Aperture 218 is defined by an interior upstanding wall 224 which is continuous and extends around the entire aperture as shown in FIG. 21. Curved, upper portion 225 of wall 224 is adapted to engage a resilient locking flange 254 for holding housing 210 on a mounting plate 250 as described hereinafter. Housing 210 also includes three fastening apertures 226, 228, 230 for securing a retaining plate 270 to the housing, opposed pairs of stiffening braces 232, 234, and may also include an aperture 236 extending through the outer wall of housing 210 in sensor receiving receptacle 212 for receiving an on-off switch should use of the assembly 10 be desired without a header console such as that shown at 24 in FIG. 1. Apertures 228, 230 are formed on shoulder 231 which defines a recess 233 inside wall 222 (FIG. 18). Upstanding spring mounting posts 238, 240 are also included for receiving springs for urging the moisture sensing unit 50, 160, 180 or 200 outwardly against the windshield glass when mounted therein.
With reference to FIGS. 18 and 19, housing 210 mates with an elongated mounting plate 250 also preferably formed from reinforced nylon. Mounting plate 250 includes a central aperture 252 and adapted for alignment with but is somewhat shorter than aperture 218 in housing 210. A resilient, outwardly extending locking flange 254 defined by angular slot 256 extends between the upper end 258 of mounting plate 250 and aperture 252. A moisture sensor receiving aperture 260 extends through the lower end of the plate 250. A series of four spaced, outwardly extending, J-shaped retaining projections 262 are formed integrally with plate 250 at the lower end of the plate for alignment with the moisture sensing unit receiving receptacle 212 of housing 210 (FIGS. 19 and 20). Each retaining projection 262 includes an enlarged head 263 forming a retaining shoulder which faces the windshield 12 and is spaced inwardly from the lateral side edges of plate 250 as shown in FIG. 20.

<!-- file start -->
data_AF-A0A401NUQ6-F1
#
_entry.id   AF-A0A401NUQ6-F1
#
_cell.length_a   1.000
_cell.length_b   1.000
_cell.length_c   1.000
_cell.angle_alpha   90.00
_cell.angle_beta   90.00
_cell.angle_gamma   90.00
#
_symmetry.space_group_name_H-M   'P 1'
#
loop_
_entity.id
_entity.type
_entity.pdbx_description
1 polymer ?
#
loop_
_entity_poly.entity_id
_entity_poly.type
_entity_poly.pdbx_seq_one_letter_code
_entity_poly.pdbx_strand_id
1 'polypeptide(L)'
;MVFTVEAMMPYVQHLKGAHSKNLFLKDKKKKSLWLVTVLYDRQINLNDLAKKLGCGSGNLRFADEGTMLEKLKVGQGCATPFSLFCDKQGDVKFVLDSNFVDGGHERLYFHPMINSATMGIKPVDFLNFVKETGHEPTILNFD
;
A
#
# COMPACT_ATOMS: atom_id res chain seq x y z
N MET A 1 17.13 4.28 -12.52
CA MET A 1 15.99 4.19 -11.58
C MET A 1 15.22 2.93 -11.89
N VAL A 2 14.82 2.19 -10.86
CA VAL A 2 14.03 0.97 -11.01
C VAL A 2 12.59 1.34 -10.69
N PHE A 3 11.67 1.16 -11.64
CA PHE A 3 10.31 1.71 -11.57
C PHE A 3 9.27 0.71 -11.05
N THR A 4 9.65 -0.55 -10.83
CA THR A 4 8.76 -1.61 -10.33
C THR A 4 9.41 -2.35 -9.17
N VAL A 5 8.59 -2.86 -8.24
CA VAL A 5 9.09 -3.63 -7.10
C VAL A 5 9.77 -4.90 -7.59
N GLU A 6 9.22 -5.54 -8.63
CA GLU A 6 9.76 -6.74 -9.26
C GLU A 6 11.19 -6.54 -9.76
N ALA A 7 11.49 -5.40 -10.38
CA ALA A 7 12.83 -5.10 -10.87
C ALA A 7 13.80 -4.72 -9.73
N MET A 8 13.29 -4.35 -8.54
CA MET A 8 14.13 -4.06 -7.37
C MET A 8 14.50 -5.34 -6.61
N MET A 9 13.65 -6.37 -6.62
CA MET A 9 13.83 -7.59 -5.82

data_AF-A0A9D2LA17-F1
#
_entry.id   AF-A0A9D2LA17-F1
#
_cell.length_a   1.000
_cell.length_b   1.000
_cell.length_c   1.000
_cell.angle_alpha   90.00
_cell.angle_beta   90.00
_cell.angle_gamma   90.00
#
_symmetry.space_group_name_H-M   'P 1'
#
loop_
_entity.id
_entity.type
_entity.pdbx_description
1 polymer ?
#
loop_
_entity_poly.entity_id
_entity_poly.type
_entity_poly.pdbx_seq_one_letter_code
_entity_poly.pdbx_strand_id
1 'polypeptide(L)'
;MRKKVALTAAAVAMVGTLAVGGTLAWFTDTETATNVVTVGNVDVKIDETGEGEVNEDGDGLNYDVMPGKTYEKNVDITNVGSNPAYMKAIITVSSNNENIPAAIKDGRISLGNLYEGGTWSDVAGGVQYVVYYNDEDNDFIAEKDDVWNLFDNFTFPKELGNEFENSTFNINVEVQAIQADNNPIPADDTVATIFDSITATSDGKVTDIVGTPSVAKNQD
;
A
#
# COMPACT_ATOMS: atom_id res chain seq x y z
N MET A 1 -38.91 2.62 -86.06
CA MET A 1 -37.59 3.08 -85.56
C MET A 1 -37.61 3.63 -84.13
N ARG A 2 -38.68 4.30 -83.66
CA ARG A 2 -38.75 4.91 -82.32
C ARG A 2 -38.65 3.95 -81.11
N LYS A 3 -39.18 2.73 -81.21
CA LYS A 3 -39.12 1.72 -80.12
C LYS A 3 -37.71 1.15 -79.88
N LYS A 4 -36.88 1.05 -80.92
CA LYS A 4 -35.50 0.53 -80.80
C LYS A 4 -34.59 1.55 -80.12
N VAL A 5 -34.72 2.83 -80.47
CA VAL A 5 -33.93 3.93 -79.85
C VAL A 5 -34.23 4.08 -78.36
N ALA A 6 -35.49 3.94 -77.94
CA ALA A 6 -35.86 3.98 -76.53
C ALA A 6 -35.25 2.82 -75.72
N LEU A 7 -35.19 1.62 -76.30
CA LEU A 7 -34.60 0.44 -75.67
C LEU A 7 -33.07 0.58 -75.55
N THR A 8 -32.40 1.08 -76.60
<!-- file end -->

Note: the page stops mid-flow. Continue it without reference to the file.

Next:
With reference to FIGS. 18 and 23-25, a housing retaining plate 270 is secured to housing 210 and cooperates with mounting plate 250 to retain housing 210 on plate 250 with moisture sensing unit 50, 160, 180 or 200 resiliently pressed against the inside windshield surface. Housing retaining plate 270, which is also preferably formed from reinforced nylon, is substantially planar and includes a central aperture 272 through which moisture sensing unit 50, 160, 180, 200 is received and protrudes against the inside windshield surface. Aperture 272 is defined by wall 273 which extends around the entirety of the aperture as shown in FIGS. 23 and 25. At the lateral side edges of plate 270 are four spaced, outwardly extending retaining flanges 274. Adjacent each retaining flange 274 is an L-shaped aperture or recess 276 allowing insertion and receipt of retaining projections 262 from mounting plate 250 therethrough for engagement with the outer surfaces 278 of flanges 274. Three fastener receiving apertures 278, spaced to correspond to apertures 226, 228 and 230 in housing 210, are provided for receiving fastening screws 280 for securing plate 270 in place within recess 233 at the open side of housing 210.
Accordingly, assembly of the moisture sensing assembly 10 will now be understood. One of the alternative moisture sensing units 50, 160, 180 or 200 is assembled to its appropriate circuit board 150 by heat staking posts 140 over the outer side of the circuit board. A pair of coil springs 282 is placed over locating posts 238, 240 on the interior of housing 210 in receptacle 212. The moisture sensing unit including circuit board 150 is then placed within receptacle 212 such that locating posts 136, 138 on the underside of the mounting support block are telescoped into the upper ends of springs 282 generally in alignment with locating posts 238, 240. Appropriate recesses in the side edges of circuit board 150 are provided to extension of the coil springs 282 therepast. Springs 282 thus are positioned longitudinally intermediate knife edges 146, 148 as shown in FIG. 18. Next, housing retaining plate 270 is assembled overtop the moisture sensing unit which projects through aperture 272 s that retaining flanges 274 project inwardly of housing receptacle 212 immediately adjacent the inside surfaces of the housing as shown in FIG. 20. Securing screws 280 are fastened in place to hold plate 270 within recess 233 of housing 210.